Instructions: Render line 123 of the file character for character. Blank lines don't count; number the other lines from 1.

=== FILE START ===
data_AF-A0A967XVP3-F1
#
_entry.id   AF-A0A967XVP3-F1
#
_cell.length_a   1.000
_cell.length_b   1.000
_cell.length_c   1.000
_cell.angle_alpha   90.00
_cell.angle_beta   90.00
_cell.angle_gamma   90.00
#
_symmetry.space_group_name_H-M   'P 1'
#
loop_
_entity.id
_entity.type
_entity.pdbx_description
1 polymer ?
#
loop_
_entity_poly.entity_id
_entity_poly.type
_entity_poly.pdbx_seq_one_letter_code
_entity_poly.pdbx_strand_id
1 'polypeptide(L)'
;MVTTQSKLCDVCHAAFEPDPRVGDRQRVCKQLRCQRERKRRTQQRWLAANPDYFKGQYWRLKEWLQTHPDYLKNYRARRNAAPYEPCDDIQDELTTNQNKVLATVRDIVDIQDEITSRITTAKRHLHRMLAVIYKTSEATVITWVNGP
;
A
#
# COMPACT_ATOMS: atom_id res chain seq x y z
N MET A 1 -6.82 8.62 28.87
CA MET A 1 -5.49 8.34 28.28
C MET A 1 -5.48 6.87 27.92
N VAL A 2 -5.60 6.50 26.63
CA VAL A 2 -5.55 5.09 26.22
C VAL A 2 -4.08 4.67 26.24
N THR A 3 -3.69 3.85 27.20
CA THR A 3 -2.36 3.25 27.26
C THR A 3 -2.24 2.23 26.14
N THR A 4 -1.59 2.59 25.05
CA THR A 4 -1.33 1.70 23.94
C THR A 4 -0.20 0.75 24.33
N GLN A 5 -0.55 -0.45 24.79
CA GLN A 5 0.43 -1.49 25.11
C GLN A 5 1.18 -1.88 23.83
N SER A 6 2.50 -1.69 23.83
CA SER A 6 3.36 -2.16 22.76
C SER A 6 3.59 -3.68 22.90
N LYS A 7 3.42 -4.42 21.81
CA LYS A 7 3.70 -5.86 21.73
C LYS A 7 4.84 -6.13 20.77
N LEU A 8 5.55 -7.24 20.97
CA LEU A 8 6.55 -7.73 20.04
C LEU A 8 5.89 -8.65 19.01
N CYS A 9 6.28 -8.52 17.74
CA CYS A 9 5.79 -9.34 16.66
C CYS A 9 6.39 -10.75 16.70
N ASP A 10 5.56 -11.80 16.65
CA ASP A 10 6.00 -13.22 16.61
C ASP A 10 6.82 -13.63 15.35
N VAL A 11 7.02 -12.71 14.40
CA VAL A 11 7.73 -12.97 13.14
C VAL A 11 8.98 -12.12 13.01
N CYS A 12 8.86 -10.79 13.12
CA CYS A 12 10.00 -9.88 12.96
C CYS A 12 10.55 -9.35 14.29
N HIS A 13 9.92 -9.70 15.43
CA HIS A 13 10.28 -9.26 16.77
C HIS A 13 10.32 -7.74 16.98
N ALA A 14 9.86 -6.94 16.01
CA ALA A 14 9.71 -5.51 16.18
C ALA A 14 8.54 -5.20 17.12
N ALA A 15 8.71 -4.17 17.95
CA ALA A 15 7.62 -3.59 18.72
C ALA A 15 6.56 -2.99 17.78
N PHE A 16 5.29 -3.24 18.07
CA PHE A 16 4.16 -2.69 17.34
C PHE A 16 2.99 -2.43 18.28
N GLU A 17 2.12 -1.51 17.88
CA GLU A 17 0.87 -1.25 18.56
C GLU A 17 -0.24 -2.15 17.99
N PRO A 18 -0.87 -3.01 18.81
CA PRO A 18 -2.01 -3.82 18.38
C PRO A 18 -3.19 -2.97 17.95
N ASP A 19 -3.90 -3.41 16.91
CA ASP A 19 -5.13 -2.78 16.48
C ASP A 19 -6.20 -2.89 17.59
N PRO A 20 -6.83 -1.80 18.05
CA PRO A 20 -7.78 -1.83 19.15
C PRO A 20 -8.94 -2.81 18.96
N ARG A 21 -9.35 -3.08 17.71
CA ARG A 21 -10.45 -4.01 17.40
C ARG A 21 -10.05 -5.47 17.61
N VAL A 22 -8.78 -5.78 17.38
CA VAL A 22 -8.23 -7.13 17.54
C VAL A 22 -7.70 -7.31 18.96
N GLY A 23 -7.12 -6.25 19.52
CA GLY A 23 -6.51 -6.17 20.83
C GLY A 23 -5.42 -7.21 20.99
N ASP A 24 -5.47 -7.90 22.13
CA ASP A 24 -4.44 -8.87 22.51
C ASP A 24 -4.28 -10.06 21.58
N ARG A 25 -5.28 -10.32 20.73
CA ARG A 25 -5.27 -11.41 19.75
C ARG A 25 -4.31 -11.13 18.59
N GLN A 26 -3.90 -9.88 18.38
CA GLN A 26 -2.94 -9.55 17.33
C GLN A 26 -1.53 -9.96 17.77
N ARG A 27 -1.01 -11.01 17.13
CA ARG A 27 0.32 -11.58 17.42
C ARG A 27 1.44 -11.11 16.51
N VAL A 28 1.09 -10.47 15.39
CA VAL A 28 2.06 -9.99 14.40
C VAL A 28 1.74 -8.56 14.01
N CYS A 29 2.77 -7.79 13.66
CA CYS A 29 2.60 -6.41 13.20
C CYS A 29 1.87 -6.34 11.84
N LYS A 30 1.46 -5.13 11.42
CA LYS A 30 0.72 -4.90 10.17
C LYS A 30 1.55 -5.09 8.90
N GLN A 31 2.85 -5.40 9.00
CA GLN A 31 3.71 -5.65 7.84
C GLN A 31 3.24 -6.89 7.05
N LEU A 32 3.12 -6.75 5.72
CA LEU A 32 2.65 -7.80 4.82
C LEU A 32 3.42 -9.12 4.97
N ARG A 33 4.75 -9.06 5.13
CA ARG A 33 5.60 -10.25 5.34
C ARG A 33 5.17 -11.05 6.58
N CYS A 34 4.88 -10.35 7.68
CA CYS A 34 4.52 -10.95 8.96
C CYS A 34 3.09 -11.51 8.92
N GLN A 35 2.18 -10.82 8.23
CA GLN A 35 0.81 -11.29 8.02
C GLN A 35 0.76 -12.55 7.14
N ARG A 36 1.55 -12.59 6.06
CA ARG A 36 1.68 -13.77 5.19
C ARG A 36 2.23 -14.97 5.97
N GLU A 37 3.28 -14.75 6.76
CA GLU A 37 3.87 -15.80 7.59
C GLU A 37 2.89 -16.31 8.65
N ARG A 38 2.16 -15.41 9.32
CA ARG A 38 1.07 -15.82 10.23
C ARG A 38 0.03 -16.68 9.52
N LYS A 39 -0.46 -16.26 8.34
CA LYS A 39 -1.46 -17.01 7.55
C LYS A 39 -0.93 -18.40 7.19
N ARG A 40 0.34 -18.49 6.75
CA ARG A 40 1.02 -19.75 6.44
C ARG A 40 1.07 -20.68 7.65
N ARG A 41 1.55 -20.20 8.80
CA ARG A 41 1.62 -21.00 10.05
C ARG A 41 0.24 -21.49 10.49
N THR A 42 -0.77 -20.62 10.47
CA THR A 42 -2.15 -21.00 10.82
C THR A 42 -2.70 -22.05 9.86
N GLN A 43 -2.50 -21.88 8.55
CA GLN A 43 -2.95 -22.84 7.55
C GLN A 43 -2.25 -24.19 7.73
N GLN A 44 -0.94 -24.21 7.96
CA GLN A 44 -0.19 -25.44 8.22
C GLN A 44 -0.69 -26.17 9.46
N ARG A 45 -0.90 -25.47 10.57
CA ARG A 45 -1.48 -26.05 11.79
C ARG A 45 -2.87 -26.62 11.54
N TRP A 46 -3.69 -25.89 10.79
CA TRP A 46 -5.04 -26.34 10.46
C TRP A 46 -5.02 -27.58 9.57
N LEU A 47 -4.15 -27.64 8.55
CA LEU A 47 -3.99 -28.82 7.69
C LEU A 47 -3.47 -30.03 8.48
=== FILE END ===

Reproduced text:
C GLN A 31 3.24 -6.89 7.05